Accounting Ratio Definition and Different Types

Using the financial statement, we can compare two derived numbers in order to gain a broader understanding of them. An accounting ratio is a group of metrics employed for measuring efficiency and profitability. Companies and investors use accounting ratios to monitor progress and consider the best investment option. These ratios, also known as financial ratios, can be used to measure cash flow, predict profit, and find out how quickly your customers pay you. A company’s accounting ratios can be compared to the ratios of other companies in the same industry. An accounting ratio can also be compared to the company’s same ratio in recent periods to see whether the company is improving or declining.

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  • Where the operating profit is the difference between gross profit and sum of operating costs such as selling, general and administrative expenses.
  • Static numbers on their own may not fully explain how a company is performing.

For example, debt ratios can be used to determine whether the company has enough liquid assets to avoid bankruptcy due to a business disruption. Liquidity ratios are similar to debt ratios in that they are used to calculate a company’s indebtedness. But they do not consider all assets and liabilities for a company in their calculations.

Understanding Accounting Ratios

Below are just a few of the more common ratios that any size business can use. Individual ratios can be grouped in multiple categories as there is overlap in the categorization. So many of us like to invest money either in short- or long-term opportunities.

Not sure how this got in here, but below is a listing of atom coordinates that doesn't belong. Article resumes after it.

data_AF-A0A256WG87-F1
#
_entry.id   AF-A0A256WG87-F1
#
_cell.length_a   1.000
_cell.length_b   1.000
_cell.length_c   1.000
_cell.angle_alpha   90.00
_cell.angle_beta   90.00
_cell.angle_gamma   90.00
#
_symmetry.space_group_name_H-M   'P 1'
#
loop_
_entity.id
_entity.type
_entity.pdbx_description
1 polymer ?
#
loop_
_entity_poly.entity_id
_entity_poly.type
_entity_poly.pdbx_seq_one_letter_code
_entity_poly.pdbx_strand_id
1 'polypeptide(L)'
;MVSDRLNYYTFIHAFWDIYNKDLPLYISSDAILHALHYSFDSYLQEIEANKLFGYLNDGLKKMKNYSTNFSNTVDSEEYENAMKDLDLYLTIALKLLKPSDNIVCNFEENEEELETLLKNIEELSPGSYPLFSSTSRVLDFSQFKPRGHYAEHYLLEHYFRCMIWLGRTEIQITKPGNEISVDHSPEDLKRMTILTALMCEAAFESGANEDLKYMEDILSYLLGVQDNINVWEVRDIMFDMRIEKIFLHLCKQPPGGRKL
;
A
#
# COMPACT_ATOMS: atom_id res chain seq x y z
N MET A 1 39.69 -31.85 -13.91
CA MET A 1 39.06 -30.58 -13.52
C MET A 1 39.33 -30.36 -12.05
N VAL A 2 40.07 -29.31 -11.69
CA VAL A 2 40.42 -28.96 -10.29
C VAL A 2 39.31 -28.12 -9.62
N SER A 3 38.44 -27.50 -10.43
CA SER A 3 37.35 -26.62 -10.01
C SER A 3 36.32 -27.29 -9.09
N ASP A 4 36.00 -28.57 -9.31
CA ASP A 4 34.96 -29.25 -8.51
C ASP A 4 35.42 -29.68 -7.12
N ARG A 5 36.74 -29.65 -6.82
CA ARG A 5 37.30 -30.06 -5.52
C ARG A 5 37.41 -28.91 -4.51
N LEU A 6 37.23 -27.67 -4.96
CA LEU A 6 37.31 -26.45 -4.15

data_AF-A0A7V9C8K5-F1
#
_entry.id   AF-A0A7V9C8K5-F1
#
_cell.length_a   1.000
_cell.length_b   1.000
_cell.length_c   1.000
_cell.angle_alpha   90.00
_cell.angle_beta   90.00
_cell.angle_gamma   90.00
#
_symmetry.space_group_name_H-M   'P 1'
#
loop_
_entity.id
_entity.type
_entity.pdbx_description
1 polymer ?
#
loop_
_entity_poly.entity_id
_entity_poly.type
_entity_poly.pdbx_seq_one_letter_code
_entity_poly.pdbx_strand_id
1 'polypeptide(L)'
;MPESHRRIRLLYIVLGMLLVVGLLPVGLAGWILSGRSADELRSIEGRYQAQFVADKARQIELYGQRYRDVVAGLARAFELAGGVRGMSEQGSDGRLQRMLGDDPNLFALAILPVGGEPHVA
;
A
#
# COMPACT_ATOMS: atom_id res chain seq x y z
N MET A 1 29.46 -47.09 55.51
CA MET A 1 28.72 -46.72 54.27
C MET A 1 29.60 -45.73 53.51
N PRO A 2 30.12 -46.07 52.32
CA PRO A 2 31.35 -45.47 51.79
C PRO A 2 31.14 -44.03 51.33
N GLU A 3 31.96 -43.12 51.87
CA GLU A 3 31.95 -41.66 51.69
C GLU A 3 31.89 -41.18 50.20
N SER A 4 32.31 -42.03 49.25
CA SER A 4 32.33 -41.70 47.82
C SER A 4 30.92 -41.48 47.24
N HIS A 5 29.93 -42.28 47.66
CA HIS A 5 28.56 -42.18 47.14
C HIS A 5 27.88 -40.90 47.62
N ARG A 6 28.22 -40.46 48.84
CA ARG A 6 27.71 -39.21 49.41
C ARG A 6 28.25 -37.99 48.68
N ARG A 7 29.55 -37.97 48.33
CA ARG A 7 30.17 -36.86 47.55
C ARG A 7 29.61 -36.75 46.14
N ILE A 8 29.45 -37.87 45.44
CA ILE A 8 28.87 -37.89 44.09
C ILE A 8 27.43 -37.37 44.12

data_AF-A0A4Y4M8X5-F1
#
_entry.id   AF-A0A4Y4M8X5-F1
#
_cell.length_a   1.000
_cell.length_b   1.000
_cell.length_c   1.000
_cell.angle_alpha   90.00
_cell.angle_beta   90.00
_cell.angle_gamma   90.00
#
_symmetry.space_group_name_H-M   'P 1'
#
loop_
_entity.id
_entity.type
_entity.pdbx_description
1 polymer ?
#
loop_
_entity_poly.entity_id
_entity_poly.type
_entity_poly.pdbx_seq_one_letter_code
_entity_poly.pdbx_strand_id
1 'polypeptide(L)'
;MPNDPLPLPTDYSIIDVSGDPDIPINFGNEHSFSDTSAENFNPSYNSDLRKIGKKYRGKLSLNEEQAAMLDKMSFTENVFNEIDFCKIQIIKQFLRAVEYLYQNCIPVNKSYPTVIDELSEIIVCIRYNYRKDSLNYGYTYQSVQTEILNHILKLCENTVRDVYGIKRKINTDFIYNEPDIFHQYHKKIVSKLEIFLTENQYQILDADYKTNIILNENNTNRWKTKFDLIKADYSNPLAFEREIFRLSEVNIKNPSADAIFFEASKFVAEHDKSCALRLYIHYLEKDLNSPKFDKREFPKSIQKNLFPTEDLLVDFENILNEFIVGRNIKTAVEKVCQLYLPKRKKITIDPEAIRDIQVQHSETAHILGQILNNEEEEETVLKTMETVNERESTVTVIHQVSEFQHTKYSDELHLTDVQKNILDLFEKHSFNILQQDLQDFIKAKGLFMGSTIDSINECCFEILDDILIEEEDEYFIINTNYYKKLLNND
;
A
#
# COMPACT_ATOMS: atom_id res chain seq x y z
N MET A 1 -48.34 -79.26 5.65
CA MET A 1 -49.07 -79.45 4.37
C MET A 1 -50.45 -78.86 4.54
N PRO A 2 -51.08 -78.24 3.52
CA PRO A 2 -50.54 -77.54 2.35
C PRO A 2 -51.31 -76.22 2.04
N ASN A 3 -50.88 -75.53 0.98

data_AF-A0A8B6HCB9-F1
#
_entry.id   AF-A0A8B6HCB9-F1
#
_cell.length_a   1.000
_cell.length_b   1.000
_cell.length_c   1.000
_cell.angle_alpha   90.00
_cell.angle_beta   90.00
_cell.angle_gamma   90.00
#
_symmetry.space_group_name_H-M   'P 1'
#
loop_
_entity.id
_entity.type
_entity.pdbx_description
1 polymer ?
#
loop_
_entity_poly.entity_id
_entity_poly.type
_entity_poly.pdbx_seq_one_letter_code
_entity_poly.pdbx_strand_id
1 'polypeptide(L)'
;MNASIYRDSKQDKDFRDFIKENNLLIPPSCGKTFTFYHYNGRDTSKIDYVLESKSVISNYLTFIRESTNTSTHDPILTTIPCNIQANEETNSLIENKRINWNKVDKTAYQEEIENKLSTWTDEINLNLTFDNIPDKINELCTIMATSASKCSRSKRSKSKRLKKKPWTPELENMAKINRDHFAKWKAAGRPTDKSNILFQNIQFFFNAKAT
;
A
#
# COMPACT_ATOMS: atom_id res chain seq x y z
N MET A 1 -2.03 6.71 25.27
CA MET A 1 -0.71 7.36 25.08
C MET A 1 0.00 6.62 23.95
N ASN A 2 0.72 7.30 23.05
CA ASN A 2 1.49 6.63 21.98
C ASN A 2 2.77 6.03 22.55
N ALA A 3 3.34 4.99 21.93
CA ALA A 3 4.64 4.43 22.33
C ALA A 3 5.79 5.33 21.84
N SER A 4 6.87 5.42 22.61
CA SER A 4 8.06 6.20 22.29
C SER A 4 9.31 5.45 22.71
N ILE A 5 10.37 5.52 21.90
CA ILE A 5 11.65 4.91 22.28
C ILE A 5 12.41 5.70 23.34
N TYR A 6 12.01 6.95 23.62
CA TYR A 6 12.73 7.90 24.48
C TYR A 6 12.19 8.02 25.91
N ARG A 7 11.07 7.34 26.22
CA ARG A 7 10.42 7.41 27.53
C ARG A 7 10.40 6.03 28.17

• The purpose of the ratio is to see if a business is being efficient with its expenditures to create products that can be sold at reasonable price points.
  • Accounting ratios can be used to compare two line items in a company’s financial statements from its income statement, balance sheet and cash flow statement.
  • When a company is experiencing financial difficulties and is unable to pay its debts, it can convert its assets into cash and use the money to settle any pending debts with more ease.
  • But sticking with it can give you a clear picture of your company’s current financial health so you can make crucial decisions.

Likewise companies having too high a current ratio relative to the industry standard suggests that they are using their assets inefficiently. Analyzing accounting ratios is an important step in determining the financial health of a company. It can often point out areas that are bringing the profitability of a company down and therefore need improvement. The efficacy of new management plans, new products, and changes in operational procedures, can all be determined by analyzing accounting ratios. Accounting ratios can be broadly classified as liquidity ratios, solvency ratios, profitability ratios, activity/efficiency ratios and coverage/leverage ratios. As you can see from the examples of accounting ratios above, the gross profit margin is much higher than the net profit margin.

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Thus, if the financial statements contain erroneous data, ratios too would depict a false analysis of the company’s financial results. Because we’re only concerned with the most liquid assets, the ratio excludes inventories from current assets. The Net profit margin ratio measures the net profit from the profit and loss account against revenue. The Net profit is calculated by taking the gross profit and deducting the expenses.